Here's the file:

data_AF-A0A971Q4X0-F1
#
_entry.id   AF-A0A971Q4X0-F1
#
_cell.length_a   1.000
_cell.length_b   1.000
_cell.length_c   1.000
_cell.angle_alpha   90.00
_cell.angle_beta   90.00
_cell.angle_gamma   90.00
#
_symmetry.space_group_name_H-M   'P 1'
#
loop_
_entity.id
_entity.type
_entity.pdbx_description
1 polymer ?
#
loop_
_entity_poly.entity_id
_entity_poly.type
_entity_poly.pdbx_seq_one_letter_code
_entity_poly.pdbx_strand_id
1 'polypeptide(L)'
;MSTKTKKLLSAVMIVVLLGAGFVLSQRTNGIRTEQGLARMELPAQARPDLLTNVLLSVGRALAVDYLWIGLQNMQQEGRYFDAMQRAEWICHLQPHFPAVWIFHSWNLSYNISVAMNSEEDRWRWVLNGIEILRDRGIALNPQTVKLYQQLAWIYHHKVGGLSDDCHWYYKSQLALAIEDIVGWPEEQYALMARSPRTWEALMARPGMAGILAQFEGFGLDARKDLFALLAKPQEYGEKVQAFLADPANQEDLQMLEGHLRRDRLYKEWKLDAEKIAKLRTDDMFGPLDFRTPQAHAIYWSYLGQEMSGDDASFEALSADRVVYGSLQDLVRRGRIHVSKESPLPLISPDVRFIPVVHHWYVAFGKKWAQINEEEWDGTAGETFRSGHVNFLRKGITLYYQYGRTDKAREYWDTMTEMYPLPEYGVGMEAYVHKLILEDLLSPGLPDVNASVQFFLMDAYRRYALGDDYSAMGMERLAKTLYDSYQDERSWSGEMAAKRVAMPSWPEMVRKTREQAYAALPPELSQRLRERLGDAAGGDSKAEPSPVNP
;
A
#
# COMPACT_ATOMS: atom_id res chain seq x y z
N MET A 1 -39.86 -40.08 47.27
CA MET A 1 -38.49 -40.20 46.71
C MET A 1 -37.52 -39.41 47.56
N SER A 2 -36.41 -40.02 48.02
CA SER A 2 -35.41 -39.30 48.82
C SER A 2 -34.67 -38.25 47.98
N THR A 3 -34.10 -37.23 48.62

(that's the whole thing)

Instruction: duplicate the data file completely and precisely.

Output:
data_AF-A0A971Q4X0-F1
#
_entry.id   AF-A0A971Q4X0-F1
#
_cell.length_a   1.000
_cell.length_b   1.000
_cell.length_c   1.000
_cell.angle_alpha   90.00
_cell.angle_beta   90.00
_cell.angle_gamma   90.00
#
_symmetry.space_group_name_H-M   'P 1'
#
loop_
_entity.id
_entity.type
_entity.pdbx_description
1 polymer ?
#
loop_
_entity_poly.entity_id
_entity_poly.type
_entity_poly.pdbx_seq_one_letter_code
_entity_poly.pdbx_strand_id
1 'polypeptide(L)'
;MSTKTKKLLSAVMIVVLLGAGFVLSQRTNGIRTEQGLARMELPAQARPDLLTNVLLSVGRALAVDYLWIGLQNMQQEGRYFDAMQRAEWICHLQPHFPAVWIFHSWNLSYNISVAMNSEEDRWRWVLNGIEILRDRGIALNPQTVKLYQQLAWIYHHKVGGLSDDCHWYYKSQLALAIEDIVGWPEEQYALMARSPRTWEALMARPGMAGILAQFEGFGLDARKDLFALLAKPQEYGEKVQAFLADPANQEDLQMLEGHLRRDRLYKEWKLDAEKIAKLRTDDMFGPLDFRTPQAHAIYWSYLGQEMSGDDASFEALSADRVVYGSLQDLVRRGRIHVSKESPLPLISPDVRFIPVVHHWYVAFGKKWAQINEEEWDGTAGETFRSGHVNFLRKGITLYYQYGRTDKAREYWDTMTEMYPLPEYGVGMEAYVHKLILEDLLSPGLPDVNASVQFFLMDAYRRYALGDDYSAMGMERLAKTLYDSYQDERSWSGEMAAKRVAMPSWPEMVRKTREQAYAALPPELSQRLRERLGDAAGGDSKAEPSPVNP
;
A
#
# COMPACT_ATOMS: atom_id res chain seq x y z
N MET A 1 -39.86 -40.08 47.27
CA MET A 1 -38.49 -40.20 46.71
C MET A 1 -37.52 -39.41 47.56
N SER A 2 -36.41 -40.02 48.02
CA SER A 2 -35.41 -39.30 48.82
C SER A 2 -34.67 -38.25 47.98
N THR A 3 -34.10 -37.23 48.62